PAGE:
You will have to plan every outing around the dog. Will there be places for the dog to go potty? Will there be places for you to get water for the dog or do you need to bring some? Be aware that people WILL stop you everywhere you go wanting to ask questions or just pet the dog. Having a Service Dog with you is like putting a big red flag on your head that says “I have a disability.” People will stop and stare. Both children and adults will attempt to touch the dog without asking, make funny noises at the dog, or do other things to try to distract the dog. Some people will give you unkind looks or make unkind remarks, some will ask questions and want detailed information about your disability, some people may behave extremely poorly and do incredibly inappropriate things. Some uneducated businesses will even try to deny you access or cause you problems and you will need to be prepared to handle these situations. Molli Dogs will assist you in learning how to appropriately handle such situations and help educate you about the laws you will need to know. A simple trip to the grocery store that used to take only 10 minutes may take 30 with a Service Dog. As a Service Dog handler you will become an educator and advocate for Service Dogs everywhere you go so you will want to make sure you're prepared to do. You will also make sure that you are prepared to train your dog to extremely high standards so that your dog is never the one that causes a business to never want to allow another Service Dog in again.
Socializing your dog to everything he or she may encounter out in public is the most important part of training a Service Dog. Socialization issues tend to be the number one reason that causes dogs to fail as being Service Dogs. This is why taking your dog with you everywhere you go in public is so critical. It may seem like a hassle or an inconvenience; however, this is the only way to ensure that your dog is fully capable of assisting you in any given situation.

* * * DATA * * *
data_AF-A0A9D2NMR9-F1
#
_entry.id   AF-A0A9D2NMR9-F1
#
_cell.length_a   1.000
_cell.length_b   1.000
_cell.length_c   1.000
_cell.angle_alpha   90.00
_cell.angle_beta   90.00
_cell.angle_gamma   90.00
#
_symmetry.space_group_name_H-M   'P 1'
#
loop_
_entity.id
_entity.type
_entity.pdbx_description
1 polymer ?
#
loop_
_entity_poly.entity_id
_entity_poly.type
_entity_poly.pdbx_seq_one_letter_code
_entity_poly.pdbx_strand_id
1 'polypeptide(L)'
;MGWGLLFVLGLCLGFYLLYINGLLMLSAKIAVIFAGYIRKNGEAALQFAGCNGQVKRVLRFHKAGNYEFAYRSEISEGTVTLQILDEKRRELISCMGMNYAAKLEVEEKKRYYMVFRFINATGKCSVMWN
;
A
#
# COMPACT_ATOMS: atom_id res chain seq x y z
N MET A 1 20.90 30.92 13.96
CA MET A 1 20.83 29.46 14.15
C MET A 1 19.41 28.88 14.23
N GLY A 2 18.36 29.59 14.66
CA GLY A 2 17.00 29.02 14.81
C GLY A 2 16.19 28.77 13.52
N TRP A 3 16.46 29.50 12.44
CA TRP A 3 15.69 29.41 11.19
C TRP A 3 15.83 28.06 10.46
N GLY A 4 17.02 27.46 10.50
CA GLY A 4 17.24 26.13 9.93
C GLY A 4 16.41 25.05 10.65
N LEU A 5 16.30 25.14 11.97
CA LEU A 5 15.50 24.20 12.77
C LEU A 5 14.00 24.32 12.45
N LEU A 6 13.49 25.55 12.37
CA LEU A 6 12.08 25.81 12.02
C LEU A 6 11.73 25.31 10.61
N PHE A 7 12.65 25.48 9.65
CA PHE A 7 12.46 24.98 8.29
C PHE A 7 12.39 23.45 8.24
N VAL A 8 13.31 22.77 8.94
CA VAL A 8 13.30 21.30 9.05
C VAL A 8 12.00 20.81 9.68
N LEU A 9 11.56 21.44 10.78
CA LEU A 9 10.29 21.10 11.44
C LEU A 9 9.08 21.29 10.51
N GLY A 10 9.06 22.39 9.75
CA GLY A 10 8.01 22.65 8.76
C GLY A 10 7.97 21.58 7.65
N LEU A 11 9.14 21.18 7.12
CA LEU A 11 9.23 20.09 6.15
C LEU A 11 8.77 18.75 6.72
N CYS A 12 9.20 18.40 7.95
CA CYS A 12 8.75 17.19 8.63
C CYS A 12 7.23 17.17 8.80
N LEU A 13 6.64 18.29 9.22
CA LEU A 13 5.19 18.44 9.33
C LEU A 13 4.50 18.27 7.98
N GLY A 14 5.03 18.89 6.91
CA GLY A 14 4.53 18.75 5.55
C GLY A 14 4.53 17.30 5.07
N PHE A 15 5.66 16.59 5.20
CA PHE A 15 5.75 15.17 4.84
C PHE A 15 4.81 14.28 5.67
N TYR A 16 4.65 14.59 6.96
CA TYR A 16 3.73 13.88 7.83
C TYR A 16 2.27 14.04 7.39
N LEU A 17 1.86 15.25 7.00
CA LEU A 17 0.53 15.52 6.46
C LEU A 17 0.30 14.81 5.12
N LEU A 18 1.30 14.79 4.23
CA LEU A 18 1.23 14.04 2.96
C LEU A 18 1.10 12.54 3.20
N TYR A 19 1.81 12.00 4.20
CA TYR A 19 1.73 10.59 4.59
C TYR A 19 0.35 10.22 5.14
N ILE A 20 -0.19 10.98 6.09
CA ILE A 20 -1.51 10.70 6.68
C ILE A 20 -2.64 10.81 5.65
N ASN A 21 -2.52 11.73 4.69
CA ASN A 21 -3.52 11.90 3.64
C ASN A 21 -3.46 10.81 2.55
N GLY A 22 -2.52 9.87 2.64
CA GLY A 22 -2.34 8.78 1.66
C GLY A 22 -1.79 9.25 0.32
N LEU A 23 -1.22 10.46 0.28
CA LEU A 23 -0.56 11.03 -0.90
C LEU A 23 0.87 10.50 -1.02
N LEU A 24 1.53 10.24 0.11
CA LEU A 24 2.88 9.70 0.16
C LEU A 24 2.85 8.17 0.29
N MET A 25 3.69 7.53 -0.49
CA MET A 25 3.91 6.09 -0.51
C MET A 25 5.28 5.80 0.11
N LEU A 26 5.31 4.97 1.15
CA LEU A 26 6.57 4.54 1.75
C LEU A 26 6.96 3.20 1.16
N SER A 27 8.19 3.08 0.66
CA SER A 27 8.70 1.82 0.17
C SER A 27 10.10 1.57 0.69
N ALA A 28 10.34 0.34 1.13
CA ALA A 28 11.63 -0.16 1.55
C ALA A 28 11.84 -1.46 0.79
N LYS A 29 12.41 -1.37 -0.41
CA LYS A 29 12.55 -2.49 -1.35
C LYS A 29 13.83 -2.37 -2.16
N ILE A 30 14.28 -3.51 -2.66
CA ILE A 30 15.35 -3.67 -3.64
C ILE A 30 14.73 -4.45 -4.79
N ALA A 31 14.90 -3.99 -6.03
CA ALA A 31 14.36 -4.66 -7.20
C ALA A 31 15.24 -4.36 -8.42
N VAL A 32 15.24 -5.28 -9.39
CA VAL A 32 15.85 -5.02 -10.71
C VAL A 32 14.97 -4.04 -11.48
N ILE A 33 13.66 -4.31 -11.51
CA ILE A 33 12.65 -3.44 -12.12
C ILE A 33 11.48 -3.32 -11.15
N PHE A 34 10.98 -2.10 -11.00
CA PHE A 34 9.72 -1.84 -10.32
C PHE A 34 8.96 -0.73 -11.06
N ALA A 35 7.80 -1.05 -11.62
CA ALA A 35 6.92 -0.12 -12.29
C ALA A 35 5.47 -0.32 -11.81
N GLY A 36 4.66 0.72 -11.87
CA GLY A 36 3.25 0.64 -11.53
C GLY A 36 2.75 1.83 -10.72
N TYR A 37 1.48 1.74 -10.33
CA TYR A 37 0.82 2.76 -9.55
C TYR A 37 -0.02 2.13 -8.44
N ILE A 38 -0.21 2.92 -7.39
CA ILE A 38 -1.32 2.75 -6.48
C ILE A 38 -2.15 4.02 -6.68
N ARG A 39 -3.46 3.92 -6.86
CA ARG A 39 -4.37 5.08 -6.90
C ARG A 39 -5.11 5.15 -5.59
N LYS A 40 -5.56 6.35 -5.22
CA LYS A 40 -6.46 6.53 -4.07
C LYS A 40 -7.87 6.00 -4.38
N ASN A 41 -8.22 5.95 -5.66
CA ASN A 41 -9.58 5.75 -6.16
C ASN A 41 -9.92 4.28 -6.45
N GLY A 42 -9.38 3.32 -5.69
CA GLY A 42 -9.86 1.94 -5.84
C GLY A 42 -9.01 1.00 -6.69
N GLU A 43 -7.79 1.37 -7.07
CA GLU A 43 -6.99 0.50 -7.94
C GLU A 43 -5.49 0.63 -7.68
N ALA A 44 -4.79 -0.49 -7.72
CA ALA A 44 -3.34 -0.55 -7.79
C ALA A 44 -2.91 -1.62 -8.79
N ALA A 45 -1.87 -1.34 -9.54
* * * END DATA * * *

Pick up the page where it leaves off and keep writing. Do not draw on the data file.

You must also realize that even the best trained Service Dog is still a dog. No amount of training will prevent a dog from being a dog. They will have times when they struggle. You can’t expect them to do everything perfectly on their own. They are not robots, they are living creatures. You must guide them and give them directions. No dog can ever be guaranteed to do every task or command you train 100% of the time. They will have off days. They will still engage in all the typical “doggy” behaviors. They may fail to alert or respond to something when they are sleeping or sick. They can get over worked and will require ample play time and down time to just “be a dog.” If you want your Service Dog to work for you the way you need him or her to you must show your dog the love, understanding, and respect he or she deserves.
As you can see, training and owning a Service Dog is no simple matter and making the decision to do so is something you should take very seriously. Should you choose to do so, Molli Dogs will guide you through the training process, lay foundations, and be your constant ally to assist you through any struggle or situation throughout and after the training process – but it is ultimately up to you to dedicate the time and effort required.
Training your own Service Dog will reward you with a constant companion, friend, and lifeline. It will give you an irreplaceable bond you never knew could exist.